Expectant management (physiological) relies on nature working effectively and efficiently. We know that a woman seeing, smelling & holding her baby provokes a surge of natural oxytocin. If the woman is well, and the process is not interrupted, a strong and sustained contraction will then spontaneously occur and the woman usually feels the weight of the placenta moving down. Commonly she will then squat (or sit on the loo) and the placenta will be expelled without any interference. Any urine in the bladder can slow this process, so the loo is a great place. Often the woman will pee and the placenta follows shortly afterwards. This process has two fundamental requirements- a healthy woman whose body is not exhausted, and an environment in which the natural process can occur. As with all of labour, adrenaline (a hormone related to stress, uncertainty and fear) can interfere with this. Those emotions can come from the woman or from others around her. Certainly I feel that the environment of home is usually conducive whereas the environment of a busy hospital ward may not be.,for%20both%20mother%20and%20baby. In my experience the time for this process to take place naturally is usually a little longer than with active management. My role in that time is to “hold the space” and be quietly watching over mum and baby as they greet one another for the first time. Keeping her warm, feeling safe and protected. The process is expected to be completed within one hour. If there is delay or concerns about bleeding in this time the plan can change to active management.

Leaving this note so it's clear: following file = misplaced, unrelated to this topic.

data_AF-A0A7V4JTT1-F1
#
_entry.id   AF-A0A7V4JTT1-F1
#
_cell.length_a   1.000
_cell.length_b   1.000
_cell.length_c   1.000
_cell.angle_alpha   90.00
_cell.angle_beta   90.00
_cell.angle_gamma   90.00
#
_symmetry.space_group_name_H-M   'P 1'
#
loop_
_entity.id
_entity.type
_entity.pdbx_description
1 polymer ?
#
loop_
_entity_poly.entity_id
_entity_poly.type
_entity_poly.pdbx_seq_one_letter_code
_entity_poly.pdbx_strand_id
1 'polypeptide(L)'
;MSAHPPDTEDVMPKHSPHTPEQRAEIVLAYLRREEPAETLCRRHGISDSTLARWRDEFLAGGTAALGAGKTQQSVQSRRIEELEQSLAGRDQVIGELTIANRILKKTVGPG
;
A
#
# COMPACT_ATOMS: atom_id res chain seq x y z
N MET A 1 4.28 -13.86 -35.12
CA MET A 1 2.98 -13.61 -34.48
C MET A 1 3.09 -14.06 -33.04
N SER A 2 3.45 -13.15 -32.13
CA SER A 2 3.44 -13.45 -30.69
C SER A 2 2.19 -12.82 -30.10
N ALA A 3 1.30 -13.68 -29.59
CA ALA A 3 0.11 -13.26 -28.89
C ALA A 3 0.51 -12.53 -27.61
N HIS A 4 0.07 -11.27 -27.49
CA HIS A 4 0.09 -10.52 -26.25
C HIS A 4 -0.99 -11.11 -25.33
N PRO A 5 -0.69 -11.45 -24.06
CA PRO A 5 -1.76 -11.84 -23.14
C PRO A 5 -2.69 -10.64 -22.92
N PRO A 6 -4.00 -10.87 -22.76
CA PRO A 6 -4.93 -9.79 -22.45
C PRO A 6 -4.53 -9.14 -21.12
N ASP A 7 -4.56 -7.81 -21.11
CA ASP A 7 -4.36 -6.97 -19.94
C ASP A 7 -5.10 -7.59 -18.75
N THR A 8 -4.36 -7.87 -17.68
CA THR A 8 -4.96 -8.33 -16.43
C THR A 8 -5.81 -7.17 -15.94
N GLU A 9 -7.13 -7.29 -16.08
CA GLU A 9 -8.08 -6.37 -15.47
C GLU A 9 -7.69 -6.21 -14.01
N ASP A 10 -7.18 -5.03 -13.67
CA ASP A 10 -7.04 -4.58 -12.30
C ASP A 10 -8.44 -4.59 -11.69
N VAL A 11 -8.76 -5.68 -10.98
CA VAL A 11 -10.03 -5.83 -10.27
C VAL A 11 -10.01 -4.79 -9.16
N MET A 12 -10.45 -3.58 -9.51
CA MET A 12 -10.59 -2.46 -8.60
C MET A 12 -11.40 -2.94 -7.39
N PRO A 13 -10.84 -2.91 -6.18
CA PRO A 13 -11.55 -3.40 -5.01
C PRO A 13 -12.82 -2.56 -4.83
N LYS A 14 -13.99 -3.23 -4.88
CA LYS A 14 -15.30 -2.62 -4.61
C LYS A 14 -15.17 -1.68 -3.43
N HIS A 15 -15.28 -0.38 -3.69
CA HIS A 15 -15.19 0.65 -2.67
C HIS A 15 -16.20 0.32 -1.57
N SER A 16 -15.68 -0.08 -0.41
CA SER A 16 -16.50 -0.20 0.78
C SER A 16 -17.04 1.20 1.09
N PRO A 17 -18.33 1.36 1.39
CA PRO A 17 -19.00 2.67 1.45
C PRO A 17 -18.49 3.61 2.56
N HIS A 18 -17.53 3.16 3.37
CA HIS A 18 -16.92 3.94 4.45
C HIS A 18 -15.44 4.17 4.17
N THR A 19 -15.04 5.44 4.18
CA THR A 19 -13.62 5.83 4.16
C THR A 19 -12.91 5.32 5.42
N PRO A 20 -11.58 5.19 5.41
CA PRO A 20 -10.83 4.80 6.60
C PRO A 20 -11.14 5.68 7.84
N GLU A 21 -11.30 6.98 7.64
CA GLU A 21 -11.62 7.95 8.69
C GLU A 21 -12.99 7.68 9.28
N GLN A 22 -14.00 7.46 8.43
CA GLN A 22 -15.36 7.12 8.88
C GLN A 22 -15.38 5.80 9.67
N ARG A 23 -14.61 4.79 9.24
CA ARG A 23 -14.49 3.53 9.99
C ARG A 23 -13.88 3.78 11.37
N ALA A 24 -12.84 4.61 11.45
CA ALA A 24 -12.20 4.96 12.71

The timing of separating mum and baby by clamping and cutting the umbilical cord, and how this is affected by the choice of active or expectant management, is one which causes much debate and one which I will write about another day.